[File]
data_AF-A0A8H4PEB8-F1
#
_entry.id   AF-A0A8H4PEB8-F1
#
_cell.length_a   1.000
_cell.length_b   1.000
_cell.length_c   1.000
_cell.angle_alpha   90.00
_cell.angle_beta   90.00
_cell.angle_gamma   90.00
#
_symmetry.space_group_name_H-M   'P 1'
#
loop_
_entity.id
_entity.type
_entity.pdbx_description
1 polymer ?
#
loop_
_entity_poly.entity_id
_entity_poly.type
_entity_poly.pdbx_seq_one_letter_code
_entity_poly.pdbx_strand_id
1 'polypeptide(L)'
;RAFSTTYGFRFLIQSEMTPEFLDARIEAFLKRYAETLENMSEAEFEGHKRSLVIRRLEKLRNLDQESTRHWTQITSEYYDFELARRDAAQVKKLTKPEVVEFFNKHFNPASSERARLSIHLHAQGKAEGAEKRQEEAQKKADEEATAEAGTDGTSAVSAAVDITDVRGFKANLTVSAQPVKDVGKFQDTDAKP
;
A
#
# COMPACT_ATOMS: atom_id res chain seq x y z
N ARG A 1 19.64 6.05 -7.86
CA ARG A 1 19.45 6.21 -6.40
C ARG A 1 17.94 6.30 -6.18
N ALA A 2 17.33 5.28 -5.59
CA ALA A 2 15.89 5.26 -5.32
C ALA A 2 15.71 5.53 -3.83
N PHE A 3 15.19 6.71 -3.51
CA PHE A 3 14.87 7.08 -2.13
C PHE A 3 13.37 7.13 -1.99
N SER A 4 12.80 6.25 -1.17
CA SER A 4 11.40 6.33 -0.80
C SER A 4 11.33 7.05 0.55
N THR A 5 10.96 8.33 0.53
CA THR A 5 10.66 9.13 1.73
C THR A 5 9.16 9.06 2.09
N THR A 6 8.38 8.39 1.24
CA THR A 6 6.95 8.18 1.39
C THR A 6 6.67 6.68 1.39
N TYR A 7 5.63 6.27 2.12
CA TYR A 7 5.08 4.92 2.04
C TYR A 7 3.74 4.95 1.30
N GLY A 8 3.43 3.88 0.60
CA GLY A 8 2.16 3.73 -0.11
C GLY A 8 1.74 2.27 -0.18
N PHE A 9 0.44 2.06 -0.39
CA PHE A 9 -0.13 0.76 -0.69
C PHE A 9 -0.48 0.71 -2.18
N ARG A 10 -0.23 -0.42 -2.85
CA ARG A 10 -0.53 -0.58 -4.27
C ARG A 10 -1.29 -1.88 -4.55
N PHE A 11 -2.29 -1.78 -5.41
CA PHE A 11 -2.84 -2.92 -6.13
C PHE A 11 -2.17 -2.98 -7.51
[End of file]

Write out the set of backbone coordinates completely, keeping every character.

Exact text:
data_AF-A0A8H4PEB8-F1
#
_entry.id   AF-A0A8H4PEB8-F1
#
_cell.length_a   1.000
_cell.length_b   1.000
_cell.length_c   1.000
_cell.angle_alpha   90.00
_cell.angle_beta   90.00
_cell.angle_gamma   90.00
#
_symmetry.space_group_name_H-M   'P 1'
#
loop_
_entity.id
_entity.type
_entity.pdbx_description
1 polymer ?
#
loop_
_entity_poly.entity_id
_entity_poly.type
_entity_poly.pdbx_seq_one_letter_code
_entity_poly.pdbx_strand_id
1 'polypeptide(L)'
;RAFSTTYGFRFLIQSEMTPEFLDARIEAFLKRYAETLENMSEAEFEGHKRSLVIRRLEKLRNLDQESTRHWTQITSEYYDFELARRDAAQVKKLTKPEVVEFFNKHFNPASSERARLSIHLHAQGKAEGAEKRQEEAQKKADEEATAEAGTDGTSAVSAAVDITDVRGFKANLTVSAQPVKDVGKFQDTDAKP
;
A
#
# COMPACT_ATOMS: atom_id res chain seq x y z
N ARG A 1 19.64 6.05 -7.86
CA ARG A 1 19.45 6.21 -6.40
C ARG A 1 17.94 6.30 -6.18
N ALA A 2 17.33 5.28 -5.59
CA ALA A 2 15.89 5.26 -5.32
C ALA A 2 15.71 5.53 -3.83
N PHE A 3 15.19 6.71 -3.51
CA PHE A 3 14.87 7.08 -2.13
C PHE A 3 13.37 7.13 -1.99
N SER A 4 12.80 6.25 -1.17
CA SER A 4 11.40 6.33 -0.80
C SER A 4 11.33 7.05 0.55
N THR A 5 10.96 8.33 0.53
CA THR A 5 10.66 9.13 1.73
C THR A 5 9.16 9.06 2.09
N THR A 6 8.38 8.39 1.24
CA THR A 6 6.95 8.18 1.39
C THR A 6 6.67 6.68 1.39
N TYR A 7 5.63 6.27 2.12
CA TYR A 7 5.08 4.92 2.04
C TYR A 7 3.74 4.95 1.30
N GLY A 8 3.43 3.88 0.60
CA GLY A 8 2.16 3.73 -0.11
C GLY A 8 1.74 2.27 -0.18
N PHE A 9 0.44 2.06 -0.39
CA PHE A 9 -0.13 0.76 -0.69
C PHE A 9 -0.48 0.71 -2.18
N ARG A 10 -0.23 -0.42 -2.85
CA ARG A 10 -0.53 -0.58 -4.27
C ARG A 10 -1.29 -1.88 -4.55
N PHE A 11 -2.29 -1.78 -5.41
CA PHE A 11 -2.84 -2.92 -6.13
C PHE A 11 -2.17 -2.98 -7.51